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“ ResetLife doesn’t just give you four months then go ‘right you’re on your own!’”


There’s a buzz in the air at the TaskForce Youth Hub today. Two people are graduating from the ResetLife program. Their certificate and graduation teddy bear – with messages of encouragement from other participants – lie ready, and donuts and pizza are on the way. The other members of the program are chatting and playing pool and it feels more like a party than a day rehabilitation program. “For a lot of our young people this could be the only time they have graduated from something, so we make it special” says Amanda, our ResetLife Youth Coordinator. “As well as celebrating the person completing the program, the graduations provide encouragement to all the other participants still completing the program.”

ResetLife is an alcohol and other drug day rehabilitation program, funded by the South Eastern Melbourne Primary Health Network. For 16 weeks, clients participate in formal treatment, including recovery education, group counselling, family inclusive sessions, and social support. After this, 32 weeks of continuing care supports them to live free of drug and alcohol harm. “Continuing care is where our graduates can get together with our peer workers” – workers with their own lived experience of AOD misuse – “talk things through, and do something fun,” says Amanda. This ensures that they’re still connected to support and have positive social outlets, helping them continue their recovery journey.

TaskForce delivers an adult ResetLife program in Cranbourne and a youth program at our Youth Hub in Moorabbin.

No ResetLife client is the same, but there are always co-occurring complexities in addition to their AOD use. Many have a mental health diagnosis, and many are victim survivors of family violence. Some are homeless and many are or have been involved in the justice system.

Maysam, our ResetLife Cranbourne coordinator, credits the program’s success to the supportive environment the program fosters. “The clients’ consistency and commitment to coming three times a week means that really strong relationships are formed within the group, and with our staff who are there to support them”, she says.

Former ResetLife client and now staff member Glenn agrees – “it’s that embracing, you come in and it’s like a little community.”

This is further strengthened by involving participants’ families in the program. “Our relationships and connections are so vital to our wellbeing”, says Maysam. “It’s really important that loved ones are involved in and understand the process of recovery. That way they can support a loved one’s journey, and begin to mend relationships that have been damaged because of drug and alcohol misuse.”

Glenn says that when he was in the program, “For me to think about anything other than drugs or alcohol was really difficult and to explain that to a loved one is really hard. Taking my family to a session they’d sit there and go ‘right this is what’s happening’.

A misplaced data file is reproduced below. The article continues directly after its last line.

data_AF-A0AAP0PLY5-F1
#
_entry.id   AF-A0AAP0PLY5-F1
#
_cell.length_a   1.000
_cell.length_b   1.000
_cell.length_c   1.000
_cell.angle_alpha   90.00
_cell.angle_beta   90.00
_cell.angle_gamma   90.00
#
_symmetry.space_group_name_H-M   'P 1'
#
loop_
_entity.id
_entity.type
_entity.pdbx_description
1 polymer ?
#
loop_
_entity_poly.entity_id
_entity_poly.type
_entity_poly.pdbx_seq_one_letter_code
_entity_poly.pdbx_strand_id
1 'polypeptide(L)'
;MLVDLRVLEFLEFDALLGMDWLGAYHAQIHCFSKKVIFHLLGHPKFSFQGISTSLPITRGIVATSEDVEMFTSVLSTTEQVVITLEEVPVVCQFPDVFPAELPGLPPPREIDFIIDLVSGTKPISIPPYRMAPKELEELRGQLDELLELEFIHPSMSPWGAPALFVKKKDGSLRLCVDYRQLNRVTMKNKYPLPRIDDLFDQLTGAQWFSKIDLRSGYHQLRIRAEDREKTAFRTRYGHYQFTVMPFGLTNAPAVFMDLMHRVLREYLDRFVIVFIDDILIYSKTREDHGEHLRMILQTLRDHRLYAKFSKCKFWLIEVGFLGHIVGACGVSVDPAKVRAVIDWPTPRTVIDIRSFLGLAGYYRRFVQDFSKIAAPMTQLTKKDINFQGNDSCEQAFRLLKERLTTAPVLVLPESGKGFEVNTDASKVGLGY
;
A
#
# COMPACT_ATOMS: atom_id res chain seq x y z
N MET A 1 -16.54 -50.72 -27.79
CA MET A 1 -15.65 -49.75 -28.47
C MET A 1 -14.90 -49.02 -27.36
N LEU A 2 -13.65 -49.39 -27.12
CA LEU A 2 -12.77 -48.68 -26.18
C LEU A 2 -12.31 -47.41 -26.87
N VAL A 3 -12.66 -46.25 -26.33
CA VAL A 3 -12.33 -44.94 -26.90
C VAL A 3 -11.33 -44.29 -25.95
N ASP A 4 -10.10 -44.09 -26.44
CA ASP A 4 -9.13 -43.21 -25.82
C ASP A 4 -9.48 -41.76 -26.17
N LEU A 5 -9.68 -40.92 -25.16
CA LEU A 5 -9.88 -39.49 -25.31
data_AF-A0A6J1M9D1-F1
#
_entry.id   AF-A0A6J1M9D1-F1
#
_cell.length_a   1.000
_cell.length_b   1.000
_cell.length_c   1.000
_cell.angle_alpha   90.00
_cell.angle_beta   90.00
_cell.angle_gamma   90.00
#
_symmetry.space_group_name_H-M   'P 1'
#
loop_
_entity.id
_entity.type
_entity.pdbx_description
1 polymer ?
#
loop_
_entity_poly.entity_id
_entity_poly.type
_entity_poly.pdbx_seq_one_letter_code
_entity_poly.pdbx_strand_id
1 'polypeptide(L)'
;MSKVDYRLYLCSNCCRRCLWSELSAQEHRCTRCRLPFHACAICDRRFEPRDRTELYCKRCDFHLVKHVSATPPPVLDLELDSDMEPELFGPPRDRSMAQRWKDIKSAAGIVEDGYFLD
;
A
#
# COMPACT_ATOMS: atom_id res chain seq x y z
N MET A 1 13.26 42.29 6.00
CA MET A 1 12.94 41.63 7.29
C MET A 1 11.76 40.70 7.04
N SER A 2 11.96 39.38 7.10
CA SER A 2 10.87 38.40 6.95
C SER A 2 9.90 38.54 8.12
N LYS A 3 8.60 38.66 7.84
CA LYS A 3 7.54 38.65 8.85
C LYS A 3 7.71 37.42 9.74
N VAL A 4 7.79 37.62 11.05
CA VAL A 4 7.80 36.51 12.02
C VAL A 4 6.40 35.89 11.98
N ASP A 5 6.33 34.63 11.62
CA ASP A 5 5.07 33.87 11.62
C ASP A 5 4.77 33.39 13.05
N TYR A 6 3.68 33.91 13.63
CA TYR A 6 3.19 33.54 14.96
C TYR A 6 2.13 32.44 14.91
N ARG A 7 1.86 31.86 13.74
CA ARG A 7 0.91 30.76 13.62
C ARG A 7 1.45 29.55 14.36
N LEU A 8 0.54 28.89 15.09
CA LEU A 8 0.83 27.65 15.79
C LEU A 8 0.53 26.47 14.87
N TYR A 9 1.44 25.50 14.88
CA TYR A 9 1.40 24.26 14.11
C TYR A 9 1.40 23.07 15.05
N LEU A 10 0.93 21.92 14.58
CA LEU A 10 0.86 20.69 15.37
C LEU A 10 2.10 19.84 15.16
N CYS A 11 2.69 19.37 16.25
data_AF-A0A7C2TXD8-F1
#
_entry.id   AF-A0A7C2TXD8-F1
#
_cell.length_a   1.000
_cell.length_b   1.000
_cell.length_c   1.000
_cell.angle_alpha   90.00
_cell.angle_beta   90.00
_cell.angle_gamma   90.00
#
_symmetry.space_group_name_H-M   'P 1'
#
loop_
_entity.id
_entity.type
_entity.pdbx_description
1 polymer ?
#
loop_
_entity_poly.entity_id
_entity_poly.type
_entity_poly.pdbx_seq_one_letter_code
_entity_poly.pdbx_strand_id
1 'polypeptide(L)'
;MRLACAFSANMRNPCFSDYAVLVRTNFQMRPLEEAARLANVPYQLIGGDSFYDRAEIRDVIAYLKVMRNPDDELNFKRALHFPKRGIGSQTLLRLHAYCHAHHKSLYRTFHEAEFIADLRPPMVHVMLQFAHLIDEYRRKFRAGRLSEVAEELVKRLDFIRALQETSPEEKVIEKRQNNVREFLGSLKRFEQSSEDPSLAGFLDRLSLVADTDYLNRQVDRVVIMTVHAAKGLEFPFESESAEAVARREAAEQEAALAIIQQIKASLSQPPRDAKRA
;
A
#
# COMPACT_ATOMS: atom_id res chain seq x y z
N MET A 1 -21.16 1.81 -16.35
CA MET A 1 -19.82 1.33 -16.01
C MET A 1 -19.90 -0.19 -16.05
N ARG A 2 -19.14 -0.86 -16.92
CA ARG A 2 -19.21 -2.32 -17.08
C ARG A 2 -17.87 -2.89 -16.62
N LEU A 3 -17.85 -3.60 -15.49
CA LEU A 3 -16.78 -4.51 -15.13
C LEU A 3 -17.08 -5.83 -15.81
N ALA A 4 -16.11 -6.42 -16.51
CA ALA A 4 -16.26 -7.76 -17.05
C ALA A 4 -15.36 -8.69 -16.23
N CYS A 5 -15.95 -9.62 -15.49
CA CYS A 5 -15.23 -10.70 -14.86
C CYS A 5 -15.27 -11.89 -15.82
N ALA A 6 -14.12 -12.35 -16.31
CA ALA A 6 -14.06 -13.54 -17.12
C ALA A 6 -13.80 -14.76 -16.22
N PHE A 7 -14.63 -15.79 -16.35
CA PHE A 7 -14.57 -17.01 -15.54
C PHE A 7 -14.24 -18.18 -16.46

They’re on a journey as well.”

Amanda agrees, “Family involvement helps create a shared understanding of addiction and provides education to the whole family. By providing a safe space to talk fostering communication, we see ResetLife bringing families back together.”

Beyond the three days of formal treatment, we also arrange complementary therapeutic and social programs for the clients in the program, including SMART Recovery (an AOD support group), art therapy, group fitness, and the occasional outing. These groups “are a massive part” of what makes the program works, says Glenn. “They go hand in hand with successful recovery. ResetLife doesn’t just give you four months then go ‘right you’re on your own!’”

Glenn’s journey to the program “started in rehab. I did 10 weeks in rehab and then went into ResetLife.” Glenn now supports others through their recovery journeys as the ResetLife support coordinator. “I absolutely love it, I feel privileged to be a part of other people’s journeys, that they’ll allow me to be part of their journeys.”

For Glenn, workers with lived experience mean that treatment is “not just talking and not being able to relate. The peer worker could translate it into a way I could understand. There’s nothing better than hearing someone else is going through or has been through what you’re going through and they’re out the other side.”

“Our peers are the meat in the sandwich,” says Amanda. “They are the real substance between the clinicians and clients, helping to make sense of the theory and providing hope and understanding on a deeper level. Our peer workers are tangible examples of change and what is possible.”

Glenn feels enormously privileged to be able to support others as a peer worker. “I take it very seriously but at the same time I bring a lightheartedness to it because I know it’s very full on. Getting drug and alcohol free is the hardest thing you’ll ever do in your entire life, but the most rewarding.”

“I have a job in something that I’m really passionate about – like super passionate about – I think it’s one of those things where you go like ‘oh now I know why I’m here.’ As hard as it was to go through addiction for 25 years, I can support people, I can help.”

After the ceremony, our two graduates are grinning, holding their bears in one hand and a slice of pizza in the other. Thanks to ResetLife they’ll now be able to start realising their true potential.